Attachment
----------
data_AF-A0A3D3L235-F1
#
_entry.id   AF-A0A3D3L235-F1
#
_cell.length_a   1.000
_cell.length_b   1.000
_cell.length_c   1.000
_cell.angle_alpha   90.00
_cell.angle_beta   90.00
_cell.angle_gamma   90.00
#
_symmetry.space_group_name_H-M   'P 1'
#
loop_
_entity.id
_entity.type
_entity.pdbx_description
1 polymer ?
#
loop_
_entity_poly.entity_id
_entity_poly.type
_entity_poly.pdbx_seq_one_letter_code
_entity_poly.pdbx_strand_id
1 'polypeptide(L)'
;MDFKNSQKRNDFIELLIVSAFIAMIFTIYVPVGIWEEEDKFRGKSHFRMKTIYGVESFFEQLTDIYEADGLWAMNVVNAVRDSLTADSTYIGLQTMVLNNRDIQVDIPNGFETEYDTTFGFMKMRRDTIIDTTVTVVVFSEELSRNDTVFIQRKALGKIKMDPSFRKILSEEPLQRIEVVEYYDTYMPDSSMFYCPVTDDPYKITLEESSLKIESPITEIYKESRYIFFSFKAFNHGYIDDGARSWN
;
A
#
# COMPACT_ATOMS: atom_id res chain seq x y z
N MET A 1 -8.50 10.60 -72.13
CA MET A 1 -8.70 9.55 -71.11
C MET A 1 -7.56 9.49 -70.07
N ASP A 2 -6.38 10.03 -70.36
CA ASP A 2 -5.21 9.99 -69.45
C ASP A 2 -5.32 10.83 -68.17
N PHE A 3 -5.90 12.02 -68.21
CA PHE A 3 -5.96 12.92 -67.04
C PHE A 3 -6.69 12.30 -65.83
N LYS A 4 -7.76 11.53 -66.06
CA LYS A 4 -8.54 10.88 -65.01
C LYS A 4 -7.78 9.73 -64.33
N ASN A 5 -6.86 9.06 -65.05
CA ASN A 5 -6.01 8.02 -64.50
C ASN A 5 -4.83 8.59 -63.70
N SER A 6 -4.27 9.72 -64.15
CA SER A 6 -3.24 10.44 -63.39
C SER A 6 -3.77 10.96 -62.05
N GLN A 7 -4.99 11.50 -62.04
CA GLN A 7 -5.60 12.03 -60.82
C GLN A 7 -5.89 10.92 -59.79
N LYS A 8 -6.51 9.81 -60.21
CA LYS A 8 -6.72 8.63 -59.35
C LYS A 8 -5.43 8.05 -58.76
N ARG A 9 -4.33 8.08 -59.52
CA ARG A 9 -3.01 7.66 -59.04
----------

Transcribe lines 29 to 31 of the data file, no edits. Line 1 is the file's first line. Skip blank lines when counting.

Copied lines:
#
# COMPACT_ATOMS: atom_id res chain seq x y z
N MET A 1 -8.50 10.60 -72.13